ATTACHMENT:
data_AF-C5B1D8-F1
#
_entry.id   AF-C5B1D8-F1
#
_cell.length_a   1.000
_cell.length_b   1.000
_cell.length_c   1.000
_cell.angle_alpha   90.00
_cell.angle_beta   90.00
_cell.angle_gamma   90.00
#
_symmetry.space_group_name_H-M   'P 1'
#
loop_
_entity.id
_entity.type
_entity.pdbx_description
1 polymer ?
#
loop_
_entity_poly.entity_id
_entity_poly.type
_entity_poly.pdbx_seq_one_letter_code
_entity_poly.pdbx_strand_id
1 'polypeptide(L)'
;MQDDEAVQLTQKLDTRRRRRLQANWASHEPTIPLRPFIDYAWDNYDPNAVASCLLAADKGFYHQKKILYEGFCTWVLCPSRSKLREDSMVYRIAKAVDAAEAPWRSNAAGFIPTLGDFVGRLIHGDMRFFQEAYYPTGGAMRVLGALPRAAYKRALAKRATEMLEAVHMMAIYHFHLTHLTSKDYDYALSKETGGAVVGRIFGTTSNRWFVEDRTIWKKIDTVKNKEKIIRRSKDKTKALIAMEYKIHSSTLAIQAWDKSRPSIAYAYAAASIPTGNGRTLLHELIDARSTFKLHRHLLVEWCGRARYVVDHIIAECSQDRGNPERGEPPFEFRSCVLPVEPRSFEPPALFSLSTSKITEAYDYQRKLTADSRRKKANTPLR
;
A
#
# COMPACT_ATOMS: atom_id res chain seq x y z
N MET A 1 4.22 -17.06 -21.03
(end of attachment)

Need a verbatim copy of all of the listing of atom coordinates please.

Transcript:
data_AF-C5B1D8-F1
#
_entry.id   AF-C5B1D8-F1
#
_cell.length_a   1.000
_cell.length_b   1.000
_cell.length_c   1.000
_cell.angle_alpha   90.00
_cell.angle_beta   90.00
_cell.angle_gamma   90.00
#
_symmetry.space_group_name_H-M   'P 1'
#
loop_
_entity.id
_entity.type
_entity.pdbx_description
1 polymer ?
#
loop_
_entity_poly.entity_id
_entity_poly.type
_entity_poly.pdbx_seq_one_letter_code
_entity_poly.pdbx_strand_id
1 'polypeptide(L)'
;MQDDEAVQLTQKLDTRRRRRLQANWASHEPTIPLRPFIDYAWDNYDPNAVASCLLAADKGFYHQKKILYEGFCTWVLCPSRSKLREDSMVYRIAKAVDAAEAPWRSNAAGFIPTLGDFVGRLIHGDMRFFQEAYYPTGGAMRVLGALPRAAYKRALAKRATEMLEAVHMMAIYHFHLTHLTSKDYDYALSKETGGAVVGRIFGTTSNRWFVEDRTIWKKIDTVKNKEKIIRRSKDKTKALIAMEYKIHSSTLAIQAWDKSRPSIAYAYAAASIPTGNGRTLLHELIDARSTFKLHRHLLVEWCGRARYVVDHIIAECSQDRGNPERGEPPFEFRSCVLPVEPRSFEPPALFSLSTSKITEAYDYQRKLTADSRRKKANTPLR
;
A
#
# COMPACT_ATOMS: atom_id res chain seq x y z
N MET A 1 4.22 -17.06 -21.03